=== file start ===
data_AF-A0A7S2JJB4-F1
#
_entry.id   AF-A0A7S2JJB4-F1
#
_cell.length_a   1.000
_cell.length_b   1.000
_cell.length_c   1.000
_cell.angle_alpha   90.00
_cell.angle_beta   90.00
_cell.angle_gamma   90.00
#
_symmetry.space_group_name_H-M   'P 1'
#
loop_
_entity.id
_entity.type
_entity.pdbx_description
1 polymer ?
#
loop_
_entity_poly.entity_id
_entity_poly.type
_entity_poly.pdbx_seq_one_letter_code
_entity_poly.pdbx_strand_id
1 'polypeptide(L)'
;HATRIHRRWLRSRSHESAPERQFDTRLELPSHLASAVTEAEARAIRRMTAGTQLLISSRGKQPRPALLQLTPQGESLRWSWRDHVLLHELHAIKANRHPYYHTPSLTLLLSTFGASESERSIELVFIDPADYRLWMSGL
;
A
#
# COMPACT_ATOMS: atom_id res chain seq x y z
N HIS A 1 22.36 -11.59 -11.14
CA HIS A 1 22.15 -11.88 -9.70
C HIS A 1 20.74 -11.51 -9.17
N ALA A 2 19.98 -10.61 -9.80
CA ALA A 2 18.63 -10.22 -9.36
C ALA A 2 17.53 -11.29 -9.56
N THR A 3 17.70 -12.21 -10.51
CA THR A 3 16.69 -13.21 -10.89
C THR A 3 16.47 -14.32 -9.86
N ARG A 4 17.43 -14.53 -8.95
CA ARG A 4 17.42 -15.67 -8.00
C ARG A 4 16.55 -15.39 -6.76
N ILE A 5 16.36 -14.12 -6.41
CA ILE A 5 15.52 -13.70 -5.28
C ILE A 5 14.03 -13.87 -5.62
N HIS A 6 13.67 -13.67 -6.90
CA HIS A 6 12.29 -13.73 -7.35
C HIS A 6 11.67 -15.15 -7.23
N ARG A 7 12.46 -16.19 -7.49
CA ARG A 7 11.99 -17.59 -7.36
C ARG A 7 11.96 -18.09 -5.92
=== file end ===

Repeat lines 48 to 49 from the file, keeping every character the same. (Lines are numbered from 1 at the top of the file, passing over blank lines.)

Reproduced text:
C HIS A 6 11.67 -15.15 -7.23
N ARG A 7 12.46 -16.19 -7.49